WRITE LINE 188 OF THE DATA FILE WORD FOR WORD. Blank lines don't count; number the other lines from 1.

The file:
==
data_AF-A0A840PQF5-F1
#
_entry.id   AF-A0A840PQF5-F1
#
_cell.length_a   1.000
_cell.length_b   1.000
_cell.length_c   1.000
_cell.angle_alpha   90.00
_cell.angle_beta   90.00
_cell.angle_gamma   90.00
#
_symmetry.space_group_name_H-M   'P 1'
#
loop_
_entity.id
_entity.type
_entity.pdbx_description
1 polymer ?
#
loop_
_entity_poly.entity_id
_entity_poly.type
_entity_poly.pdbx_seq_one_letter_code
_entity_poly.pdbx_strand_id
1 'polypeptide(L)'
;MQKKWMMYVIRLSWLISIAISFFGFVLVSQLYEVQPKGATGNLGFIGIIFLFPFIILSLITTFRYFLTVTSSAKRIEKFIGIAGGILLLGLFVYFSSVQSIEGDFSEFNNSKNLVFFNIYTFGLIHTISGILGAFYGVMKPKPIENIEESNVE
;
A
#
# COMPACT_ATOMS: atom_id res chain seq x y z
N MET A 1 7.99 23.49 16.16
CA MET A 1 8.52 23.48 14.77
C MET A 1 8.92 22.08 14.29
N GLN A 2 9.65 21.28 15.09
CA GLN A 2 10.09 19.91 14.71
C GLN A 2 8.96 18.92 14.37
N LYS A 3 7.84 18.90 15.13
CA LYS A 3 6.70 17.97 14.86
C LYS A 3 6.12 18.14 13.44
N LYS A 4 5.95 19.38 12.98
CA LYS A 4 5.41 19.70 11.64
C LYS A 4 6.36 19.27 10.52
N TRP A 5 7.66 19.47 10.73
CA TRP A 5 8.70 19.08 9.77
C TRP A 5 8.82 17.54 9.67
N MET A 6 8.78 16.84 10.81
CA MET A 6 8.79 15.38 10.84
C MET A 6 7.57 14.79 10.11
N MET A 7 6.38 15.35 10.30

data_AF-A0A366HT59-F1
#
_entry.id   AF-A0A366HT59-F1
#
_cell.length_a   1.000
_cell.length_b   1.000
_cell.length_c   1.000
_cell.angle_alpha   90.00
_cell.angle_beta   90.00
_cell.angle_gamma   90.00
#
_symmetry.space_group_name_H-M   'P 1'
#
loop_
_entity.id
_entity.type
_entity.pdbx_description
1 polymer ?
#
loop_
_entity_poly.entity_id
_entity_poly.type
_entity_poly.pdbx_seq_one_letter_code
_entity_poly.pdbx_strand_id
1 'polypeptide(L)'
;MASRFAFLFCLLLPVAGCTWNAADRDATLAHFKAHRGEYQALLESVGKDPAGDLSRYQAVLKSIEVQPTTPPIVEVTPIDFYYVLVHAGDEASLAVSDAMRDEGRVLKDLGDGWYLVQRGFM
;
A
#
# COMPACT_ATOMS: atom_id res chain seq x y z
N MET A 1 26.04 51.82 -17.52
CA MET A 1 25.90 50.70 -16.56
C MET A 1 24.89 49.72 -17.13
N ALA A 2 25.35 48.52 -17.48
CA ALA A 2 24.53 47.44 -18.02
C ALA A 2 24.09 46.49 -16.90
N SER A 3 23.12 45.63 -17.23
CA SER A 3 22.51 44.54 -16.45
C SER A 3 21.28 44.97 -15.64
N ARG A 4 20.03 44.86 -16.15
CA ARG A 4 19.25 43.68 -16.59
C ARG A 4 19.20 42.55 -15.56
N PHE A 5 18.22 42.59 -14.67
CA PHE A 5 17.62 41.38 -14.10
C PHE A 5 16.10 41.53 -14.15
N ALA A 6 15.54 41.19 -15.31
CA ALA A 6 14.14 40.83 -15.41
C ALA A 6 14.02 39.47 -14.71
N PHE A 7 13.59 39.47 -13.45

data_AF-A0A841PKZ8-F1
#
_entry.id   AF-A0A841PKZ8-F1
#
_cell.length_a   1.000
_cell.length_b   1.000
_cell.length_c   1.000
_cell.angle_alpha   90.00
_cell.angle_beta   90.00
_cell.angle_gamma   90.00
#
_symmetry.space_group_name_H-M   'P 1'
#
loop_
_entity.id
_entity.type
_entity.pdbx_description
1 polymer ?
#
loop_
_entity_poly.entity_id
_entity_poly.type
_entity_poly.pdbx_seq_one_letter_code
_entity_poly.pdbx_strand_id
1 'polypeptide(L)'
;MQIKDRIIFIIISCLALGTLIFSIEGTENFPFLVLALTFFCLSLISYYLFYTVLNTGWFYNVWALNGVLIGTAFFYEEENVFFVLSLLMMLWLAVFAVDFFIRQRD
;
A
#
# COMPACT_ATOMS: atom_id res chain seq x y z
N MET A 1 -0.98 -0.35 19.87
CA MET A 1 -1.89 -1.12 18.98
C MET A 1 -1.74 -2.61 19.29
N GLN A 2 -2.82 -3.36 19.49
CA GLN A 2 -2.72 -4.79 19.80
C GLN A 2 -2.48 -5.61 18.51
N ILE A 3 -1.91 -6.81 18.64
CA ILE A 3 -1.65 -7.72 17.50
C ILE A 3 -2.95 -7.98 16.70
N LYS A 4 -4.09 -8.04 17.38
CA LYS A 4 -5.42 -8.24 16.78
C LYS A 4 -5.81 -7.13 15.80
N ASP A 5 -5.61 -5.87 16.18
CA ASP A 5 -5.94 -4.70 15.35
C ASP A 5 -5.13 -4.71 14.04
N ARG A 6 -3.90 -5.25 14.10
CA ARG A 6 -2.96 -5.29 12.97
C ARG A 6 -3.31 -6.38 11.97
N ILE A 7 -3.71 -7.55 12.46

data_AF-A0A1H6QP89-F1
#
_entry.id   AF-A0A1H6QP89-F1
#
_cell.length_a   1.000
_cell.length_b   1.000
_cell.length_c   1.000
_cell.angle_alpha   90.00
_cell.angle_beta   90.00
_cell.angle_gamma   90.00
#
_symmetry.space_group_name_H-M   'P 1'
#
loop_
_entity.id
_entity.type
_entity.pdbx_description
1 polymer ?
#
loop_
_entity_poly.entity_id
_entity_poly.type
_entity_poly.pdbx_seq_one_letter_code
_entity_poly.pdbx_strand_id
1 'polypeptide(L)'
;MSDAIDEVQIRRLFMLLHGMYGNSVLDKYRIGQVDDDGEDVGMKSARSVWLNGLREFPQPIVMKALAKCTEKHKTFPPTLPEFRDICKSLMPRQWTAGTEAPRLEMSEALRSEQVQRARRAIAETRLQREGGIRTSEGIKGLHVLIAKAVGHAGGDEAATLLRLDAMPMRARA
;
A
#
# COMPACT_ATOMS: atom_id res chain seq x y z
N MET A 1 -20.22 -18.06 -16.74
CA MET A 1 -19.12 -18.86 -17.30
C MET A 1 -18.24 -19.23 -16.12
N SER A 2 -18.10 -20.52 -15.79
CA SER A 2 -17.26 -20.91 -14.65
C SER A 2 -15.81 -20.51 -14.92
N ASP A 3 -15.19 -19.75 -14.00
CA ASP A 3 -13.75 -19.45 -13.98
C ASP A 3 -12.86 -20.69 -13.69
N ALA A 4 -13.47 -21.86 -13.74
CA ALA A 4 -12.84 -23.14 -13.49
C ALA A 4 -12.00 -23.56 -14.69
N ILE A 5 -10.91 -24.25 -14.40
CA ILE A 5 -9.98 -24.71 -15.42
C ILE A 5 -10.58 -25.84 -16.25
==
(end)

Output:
CA ALA A 4 -12.84 -23.14 -13.49